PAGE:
Memorial Day : LUSENET : I'd Rather Eat Glass : One Thread

This weekend is Memorial Day. A nice long weekend where everyone decides to go camping and on trips because they have Monday off. My question is when did we forget what Memorial Day really is? What do you do on Memorial Day? What does Memorial Day mean to you?

-- Anonymous, May 26, 2000


Good question. My father is a Vietnam vet. My father is alive, but traumatized for life by what he experienced in B-F-Nam (as I called it when I was learning to speak). In a personal way, I mourn the man my father would have been, the man I never knew, the man he was growing into when he went to Vietnam, when he was 20 and I was an infant.

Unfortunately, this year also means that the web site I'm building for a magazine is debuting on June 1st and I'll be working 23 hours a day until then (one hour off for long hot showers) and Monday means I have an extra day since I won't have school...

-- Anonymous, May 26, 2000

I'll be flying the flag this weekend in honor of those who fought to keep me and my family safe. I was brought up that way... I can remember my father putting up the stars and stripes for every holiday... and how we would stand at attention with our right hand over our hearts when we heard the national anthem, even if it was just on tv or radio.

My dad fought in WWII, he was in the D-Day invasion. He's gone now, we lost him a few years ago at age 85, but I'll be flying the flag in his memory and in honor of him (and of you, Travis) and of all the men and women who served.

Hey, Travis, thank you.

-- Anonymous, May 26, 2000

Great question, Travis. Memorial Day to me means more than getting a day off of work. It's a day for me to think about those that have given their lives for our country and our freedom. It's a day to remember those that have lost both their lives and portions of their lives for us... I hope we never forget that!

-- Anonymous, May 26, 2000

I wish I could lie and say that Memorial Day means remembering war heros and the commitment many men have had to keep this country what it is. But, it doesn't.

My father was a Vietnam Vet. He ignored Memorial Day the whole time I have been alive. He has not talked about his time there, other than to mention stories about shopping or returning home. I don't know what he did there. He has never cared to share that with me.

Memorial Day for me means the end of the school year and waking up early to march in a parade with the Shriners. It meant that I was going to be free for the summer and that the days were stretched out before me. As an adult, I still wake up on Memorial Day and think about marching and playing the Star Spangled Banner.


-- Anonymous, May 27, 2000

Being not american, but Canadian, Memorial Day is not a holiday. However, in Canada we remember those who served to protect our freedoms on November 11. I grew up in Africa under the British flag and remember every November 11 being marched along to the local graveyard where there was a flag and memorial set up for the fallen soldiers.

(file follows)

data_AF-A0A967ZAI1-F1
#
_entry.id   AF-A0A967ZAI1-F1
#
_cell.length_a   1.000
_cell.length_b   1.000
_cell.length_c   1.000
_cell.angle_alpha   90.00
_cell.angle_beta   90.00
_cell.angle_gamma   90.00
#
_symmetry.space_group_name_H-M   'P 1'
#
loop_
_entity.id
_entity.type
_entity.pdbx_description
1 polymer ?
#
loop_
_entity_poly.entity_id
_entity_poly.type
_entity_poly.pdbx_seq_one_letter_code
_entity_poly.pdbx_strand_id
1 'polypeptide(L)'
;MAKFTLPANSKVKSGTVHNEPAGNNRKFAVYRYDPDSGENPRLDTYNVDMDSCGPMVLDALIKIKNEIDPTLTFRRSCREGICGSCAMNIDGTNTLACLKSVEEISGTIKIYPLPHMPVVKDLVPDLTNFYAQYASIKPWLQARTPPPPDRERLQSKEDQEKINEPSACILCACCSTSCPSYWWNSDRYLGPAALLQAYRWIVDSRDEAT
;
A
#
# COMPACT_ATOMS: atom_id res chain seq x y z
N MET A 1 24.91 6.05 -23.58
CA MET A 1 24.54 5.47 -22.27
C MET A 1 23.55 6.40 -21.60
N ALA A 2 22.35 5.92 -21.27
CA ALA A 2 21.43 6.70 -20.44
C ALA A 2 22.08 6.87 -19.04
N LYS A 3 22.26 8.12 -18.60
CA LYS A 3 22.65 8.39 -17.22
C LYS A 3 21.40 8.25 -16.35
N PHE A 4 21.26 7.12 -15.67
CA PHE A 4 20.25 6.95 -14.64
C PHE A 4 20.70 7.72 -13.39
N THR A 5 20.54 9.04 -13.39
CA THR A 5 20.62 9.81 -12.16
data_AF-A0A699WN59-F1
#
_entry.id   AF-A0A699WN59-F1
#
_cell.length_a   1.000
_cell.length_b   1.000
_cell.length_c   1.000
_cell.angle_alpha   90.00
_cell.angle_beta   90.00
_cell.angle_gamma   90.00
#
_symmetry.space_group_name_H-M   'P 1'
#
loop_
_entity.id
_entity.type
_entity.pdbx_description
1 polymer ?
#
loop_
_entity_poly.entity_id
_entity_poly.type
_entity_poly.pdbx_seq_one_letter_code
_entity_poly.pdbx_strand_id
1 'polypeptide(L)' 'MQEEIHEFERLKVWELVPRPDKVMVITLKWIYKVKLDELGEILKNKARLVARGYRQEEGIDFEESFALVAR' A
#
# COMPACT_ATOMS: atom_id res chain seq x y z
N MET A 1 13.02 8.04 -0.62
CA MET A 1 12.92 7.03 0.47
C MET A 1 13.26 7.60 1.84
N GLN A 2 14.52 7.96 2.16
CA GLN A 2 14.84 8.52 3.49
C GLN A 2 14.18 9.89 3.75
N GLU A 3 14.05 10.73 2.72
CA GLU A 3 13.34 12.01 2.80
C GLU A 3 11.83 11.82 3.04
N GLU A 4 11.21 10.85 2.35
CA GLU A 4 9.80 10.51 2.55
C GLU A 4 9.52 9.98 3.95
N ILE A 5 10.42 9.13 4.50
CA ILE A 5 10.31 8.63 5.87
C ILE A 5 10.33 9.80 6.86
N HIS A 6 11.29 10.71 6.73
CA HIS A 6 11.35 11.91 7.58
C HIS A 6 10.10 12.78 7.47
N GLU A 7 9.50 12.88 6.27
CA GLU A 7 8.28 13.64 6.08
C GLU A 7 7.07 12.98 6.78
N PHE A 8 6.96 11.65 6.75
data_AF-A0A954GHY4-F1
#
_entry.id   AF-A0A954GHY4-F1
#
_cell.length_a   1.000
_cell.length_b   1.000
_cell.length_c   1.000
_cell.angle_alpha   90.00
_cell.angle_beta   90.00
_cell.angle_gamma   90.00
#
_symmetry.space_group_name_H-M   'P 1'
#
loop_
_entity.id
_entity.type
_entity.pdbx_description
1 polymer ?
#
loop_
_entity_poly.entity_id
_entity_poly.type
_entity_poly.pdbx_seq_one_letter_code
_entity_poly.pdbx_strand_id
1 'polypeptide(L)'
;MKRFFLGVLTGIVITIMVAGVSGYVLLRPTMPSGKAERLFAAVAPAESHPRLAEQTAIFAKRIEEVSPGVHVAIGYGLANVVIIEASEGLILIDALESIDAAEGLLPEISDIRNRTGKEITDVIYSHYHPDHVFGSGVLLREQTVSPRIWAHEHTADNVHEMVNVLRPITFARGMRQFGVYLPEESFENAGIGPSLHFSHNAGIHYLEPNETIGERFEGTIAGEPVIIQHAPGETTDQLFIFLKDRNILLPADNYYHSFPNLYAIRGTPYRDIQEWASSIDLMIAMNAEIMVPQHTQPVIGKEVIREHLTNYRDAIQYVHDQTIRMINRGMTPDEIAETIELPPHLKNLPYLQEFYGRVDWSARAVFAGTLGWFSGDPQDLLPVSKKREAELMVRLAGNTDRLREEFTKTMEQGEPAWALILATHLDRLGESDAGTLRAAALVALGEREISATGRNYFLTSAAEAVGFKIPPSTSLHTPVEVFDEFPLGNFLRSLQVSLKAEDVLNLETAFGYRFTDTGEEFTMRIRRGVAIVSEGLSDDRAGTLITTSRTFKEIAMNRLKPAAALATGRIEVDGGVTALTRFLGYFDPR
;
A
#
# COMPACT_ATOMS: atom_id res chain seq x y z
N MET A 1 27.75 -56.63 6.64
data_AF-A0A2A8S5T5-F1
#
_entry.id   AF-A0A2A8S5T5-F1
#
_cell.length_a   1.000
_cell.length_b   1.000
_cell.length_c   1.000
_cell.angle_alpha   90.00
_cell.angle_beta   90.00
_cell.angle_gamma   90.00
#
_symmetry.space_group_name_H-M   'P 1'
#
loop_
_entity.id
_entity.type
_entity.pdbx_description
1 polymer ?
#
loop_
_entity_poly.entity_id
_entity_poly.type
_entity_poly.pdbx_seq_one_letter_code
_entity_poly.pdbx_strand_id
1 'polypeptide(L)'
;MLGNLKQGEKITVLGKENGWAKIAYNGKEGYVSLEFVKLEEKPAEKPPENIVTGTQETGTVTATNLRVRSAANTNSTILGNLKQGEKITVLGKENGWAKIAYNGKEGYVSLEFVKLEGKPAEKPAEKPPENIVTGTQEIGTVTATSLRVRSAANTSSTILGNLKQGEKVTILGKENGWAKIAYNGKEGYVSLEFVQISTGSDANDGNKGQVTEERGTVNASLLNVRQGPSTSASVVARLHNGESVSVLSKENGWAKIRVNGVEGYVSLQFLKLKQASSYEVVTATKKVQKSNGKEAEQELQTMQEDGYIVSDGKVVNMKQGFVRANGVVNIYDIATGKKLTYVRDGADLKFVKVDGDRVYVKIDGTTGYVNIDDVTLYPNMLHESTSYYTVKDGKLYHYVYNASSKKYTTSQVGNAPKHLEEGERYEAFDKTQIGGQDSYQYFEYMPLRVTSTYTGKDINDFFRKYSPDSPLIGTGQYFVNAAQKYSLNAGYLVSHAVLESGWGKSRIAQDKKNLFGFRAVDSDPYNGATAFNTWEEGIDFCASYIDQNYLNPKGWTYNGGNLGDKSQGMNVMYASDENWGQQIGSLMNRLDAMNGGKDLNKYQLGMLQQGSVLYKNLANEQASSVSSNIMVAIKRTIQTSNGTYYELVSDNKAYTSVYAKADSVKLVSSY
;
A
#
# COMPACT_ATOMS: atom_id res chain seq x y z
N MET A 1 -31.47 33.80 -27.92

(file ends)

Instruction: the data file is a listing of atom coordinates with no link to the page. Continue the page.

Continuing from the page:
Now, I am living with a woman who was in the armed forces in Canada for 21 years. On November 11 at 11 am we still stand still and remember those whom have given so much so that we can enjoy this great land. November 11 at 11 is used as this was when the Great War, the war to end all wars, officially ended.

On a different note, the weekend before is a holiday weekend here, Victoria Day, named after Queen Victoria. The alternative name... 2- 4 weekend, as the weekend falls either on May 24 or close to it, and the weekend is sent in the wilds celerating the return of Spring with a 24 of beer.

-- Anonymous, May 29, 2000

My father, like so many late-70's engineers in Silicon Valley, worked for a Department of Defense contractor. I had nightmares about the work he did--he designed guidance and surveillance equipment for the Apache and other millitary helicopters. My father enables the government to kill people more quickly, basically.

I have always been a pacifist, but I'm also a realist. War is horrible but necessary, and while I have immense respect for the people who go into battle, I fear the government who makes it necessary. We did not celebrate Memorial Day in my family. None of us wanted to think about all the people my father had indirectly killed through his work.

In a perfect world, nobody would ever die because their government told them to.

This is not a perfect world.

Nobody will ever accuse me of being a patriot, I'm afraid. I was born here by an accident of fate and I've been terribly aware of the price of my well-being all my life. War is not glorious; war is painful and dangerous and horrible and expensive both in terms of goods and of human life. I fear the government because I am one of those people whose rights could be legislated out of existence if the wrong people get control of the government. I fear a government which fears me.

The price of my ever so fragile freedoms is this blood on my hands.

-- Anonymous, May 30, 2000

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